Students expand their knowledge of the Structured Query Language (SQL). Students will learn to install and configure MySQL databases, and use PHP to operate them. Students will practice database automation techniques, including triggers, functions, and stored procedures. Students will practice the concepts taught in each Database Programming course and will complete a database that can be used as part of their career portfolio.

Prerequisites: PRG 245 or with the consent of the Dean.

PRG 255
HTML and Java Script Essential Training

This course builds on students? knowledge of web programming languages and concepts. Topics include CSS, JavaScript, HTML tags, elements, images, lists, tables, links, and multimedia. Upon completion, students will be able to master their creation and management of websites.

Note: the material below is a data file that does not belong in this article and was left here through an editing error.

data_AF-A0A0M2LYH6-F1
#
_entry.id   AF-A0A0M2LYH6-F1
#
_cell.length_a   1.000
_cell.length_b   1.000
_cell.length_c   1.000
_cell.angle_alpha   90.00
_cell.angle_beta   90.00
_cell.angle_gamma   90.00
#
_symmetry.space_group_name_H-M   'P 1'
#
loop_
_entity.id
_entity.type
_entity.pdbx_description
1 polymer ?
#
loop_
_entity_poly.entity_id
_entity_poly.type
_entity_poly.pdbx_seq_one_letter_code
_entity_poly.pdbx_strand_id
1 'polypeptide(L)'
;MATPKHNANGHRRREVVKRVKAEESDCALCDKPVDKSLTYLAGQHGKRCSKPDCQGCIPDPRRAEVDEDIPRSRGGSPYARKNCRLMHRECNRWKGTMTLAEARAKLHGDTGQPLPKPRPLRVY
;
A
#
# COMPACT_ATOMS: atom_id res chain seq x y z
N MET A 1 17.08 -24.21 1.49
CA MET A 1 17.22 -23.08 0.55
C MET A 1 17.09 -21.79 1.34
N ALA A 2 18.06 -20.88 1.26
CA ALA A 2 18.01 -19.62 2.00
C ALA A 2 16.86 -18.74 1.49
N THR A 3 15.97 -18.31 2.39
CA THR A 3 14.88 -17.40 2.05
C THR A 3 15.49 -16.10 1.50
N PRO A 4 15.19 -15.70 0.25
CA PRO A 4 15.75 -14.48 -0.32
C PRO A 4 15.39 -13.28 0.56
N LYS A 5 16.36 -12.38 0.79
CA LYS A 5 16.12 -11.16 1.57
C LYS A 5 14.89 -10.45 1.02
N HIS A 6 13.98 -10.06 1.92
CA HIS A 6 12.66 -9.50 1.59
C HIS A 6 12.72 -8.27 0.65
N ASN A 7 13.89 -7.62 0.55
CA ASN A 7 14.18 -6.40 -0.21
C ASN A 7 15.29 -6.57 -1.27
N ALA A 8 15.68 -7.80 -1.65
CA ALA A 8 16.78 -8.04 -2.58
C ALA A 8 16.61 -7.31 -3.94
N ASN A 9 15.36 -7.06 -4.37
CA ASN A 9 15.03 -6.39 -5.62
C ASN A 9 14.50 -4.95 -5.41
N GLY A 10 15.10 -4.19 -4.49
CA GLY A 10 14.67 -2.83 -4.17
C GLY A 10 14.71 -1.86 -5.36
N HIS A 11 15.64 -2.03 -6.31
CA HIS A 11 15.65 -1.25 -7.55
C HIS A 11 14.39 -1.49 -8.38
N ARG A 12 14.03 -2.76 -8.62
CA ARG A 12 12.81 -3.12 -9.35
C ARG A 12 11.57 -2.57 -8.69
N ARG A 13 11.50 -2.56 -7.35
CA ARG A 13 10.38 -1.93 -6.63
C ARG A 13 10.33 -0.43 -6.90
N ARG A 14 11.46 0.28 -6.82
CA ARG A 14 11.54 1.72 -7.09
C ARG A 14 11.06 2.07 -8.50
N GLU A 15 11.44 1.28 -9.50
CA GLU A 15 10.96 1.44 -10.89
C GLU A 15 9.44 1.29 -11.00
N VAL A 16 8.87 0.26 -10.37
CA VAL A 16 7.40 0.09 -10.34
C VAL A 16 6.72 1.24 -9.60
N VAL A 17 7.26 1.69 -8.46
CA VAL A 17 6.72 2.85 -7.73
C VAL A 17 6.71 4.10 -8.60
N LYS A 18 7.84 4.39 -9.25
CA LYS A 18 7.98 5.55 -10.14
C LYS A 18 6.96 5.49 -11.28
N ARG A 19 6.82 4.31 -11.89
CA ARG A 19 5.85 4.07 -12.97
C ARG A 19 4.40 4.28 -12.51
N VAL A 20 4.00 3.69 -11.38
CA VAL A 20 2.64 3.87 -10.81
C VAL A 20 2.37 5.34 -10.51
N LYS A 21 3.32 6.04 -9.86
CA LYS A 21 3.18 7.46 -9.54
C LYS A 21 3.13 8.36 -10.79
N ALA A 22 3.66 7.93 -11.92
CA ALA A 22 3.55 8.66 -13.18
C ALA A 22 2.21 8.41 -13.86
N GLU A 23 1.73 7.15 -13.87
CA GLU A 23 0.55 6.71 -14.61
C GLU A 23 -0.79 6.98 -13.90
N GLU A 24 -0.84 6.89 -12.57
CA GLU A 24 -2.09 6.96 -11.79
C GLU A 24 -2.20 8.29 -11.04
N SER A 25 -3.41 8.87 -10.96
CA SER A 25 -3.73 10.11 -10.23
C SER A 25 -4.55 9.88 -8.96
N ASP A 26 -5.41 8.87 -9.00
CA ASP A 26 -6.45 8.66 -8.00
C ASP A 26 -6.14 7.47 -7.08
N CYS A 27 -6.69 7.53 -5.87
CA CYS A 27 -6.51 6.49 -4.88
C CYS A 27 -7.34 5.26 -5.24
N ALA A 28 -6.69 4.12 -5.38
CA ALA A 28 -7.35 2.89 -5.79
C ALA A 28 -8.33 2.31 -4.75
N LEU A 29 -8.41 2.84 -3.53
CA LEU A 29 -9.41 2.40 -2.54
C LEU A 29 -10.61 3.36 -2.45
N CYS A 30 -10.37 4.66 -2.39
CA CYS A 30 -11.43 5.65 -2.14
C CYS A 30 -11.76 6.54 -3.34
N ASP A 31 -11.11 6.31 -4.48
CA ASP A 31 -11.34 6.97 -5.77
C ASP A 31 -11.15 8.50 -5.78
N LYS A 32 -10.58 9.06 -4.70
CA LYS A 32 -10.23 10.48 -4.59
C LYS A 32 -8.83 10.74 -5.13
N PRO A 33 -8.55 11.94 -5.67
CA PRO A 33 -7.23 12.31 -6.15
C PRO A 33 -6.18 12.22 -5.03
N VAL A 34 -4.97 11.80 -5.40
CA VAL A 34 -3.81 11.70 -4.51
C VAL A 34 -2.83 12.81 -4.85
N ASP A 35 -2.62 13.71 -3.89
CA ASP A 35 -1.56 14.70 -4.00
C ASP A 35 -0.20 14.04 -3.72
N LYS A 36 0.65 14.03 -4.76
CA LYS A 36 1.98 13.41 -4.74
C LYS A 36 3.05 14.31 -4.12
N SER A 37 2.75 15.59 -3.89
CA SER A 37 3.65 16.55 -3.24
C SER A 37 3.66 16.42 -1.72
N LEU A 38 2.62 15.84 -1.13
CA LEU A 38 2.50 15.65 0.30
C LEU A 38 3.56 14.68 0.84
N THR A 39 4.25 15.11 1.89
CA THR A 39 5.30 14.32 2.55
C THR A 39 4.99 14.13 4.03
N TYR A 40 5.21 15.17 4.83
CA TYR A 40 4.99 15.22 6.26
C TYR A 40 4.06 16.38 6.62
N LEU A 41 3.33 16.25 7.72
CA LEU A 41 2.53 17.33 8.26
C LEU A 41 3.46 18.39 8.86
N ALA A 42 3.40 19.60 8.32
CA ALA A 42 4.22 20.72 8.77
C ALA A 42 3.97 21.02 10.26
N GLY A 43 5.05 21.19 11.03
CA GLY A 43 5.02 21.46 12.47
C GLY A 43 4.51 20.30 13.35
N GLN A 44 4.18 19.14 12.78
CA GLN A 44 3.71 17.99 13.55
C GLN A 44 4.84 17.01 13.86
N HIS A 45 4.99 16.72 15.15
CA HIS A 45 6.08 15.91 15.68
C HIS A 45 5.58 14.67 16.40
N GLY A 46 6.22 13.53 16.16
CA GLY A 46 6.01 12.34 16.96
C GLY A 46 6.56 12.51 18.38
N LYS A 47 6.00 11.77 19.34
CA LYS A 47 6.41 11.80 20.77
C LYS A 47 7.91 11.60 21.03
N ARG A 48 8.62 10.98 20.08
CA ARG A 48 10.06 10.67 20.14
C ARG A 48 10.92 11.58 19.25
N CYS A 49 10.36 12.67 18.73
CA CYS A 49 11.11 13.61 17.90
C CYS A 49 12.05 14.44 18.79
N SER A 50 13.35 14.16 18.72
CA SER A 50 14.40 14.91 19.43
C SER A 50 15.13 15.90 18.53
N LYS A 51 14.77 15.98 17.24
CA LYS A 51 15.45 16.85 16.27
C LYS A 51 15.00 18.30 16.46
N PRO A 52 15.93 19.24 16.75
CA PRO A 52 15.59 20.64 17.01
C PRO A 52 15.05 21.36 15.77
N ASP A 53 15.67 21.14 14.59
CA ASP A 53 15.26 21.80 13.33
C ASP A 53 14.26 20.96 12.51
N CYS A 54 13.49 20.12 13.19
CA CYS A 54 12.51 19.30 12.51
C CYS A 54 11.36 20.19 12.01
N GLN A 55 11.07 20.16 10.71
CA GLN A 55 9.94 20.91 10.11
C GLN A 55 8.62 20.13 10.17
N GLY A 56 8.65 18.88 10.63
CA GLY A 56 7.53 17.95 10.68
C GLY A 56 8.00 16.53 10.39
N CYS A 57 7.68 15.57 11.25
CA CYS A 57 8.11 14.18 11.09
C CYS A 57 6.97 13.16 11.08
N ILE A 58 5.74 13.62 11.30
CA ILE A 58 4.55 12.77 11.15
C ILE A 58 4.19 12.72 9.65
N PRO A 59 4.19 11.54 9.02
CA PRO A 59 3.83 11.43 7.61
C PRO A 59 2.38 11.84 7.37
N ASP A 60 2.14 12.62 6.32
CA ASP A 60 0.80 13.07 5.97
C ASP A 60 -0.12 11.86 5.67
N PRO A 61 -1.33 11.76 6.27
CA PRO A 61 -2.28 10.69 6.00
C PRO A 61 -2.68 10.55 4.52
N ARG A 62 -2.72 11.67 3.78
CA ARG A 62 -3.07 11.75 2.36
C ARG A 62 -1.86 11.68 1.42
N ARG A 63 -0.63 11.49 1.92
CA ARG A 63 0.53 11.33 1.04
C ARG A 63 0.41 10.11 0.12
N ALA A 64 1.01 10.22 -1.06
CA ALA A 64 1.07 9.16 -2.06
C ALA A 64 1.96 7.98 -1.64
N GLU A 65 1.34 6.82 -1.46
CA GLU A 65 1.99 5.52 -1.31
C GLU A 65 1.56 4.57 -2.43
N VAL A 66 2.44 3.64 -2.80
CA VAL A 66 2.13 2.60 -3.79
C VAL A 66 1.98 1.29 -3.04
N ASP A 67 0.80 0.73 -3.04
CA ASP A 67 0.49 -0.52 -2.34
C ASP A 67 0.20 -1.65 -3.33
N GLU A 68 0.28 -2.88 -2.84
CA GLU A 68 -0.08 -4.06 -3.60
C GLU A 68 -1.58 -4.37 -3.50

Prerequisites: PRG 245 or with the consent of the Dean.

PRG 215
Introduction to C#

This course introduces students to the .NET framework. Students will use a selected programming language to learn and implement common programming concepts. Students also become familiar with a .NET integrated development environment (IDE).

Prerequisites: None.

PRG 210
Introduction to C++

This course teaches the basics of programming in C++ programming language, as well as the fundamental concepts and techniques used in object oriented programming. The course begins with universal basics, without relying on object concepts, then gradually extends to moderate concepts that are encountered using the objective approach. Students become familiar with a software development environment and tools for creating working programs and syntax.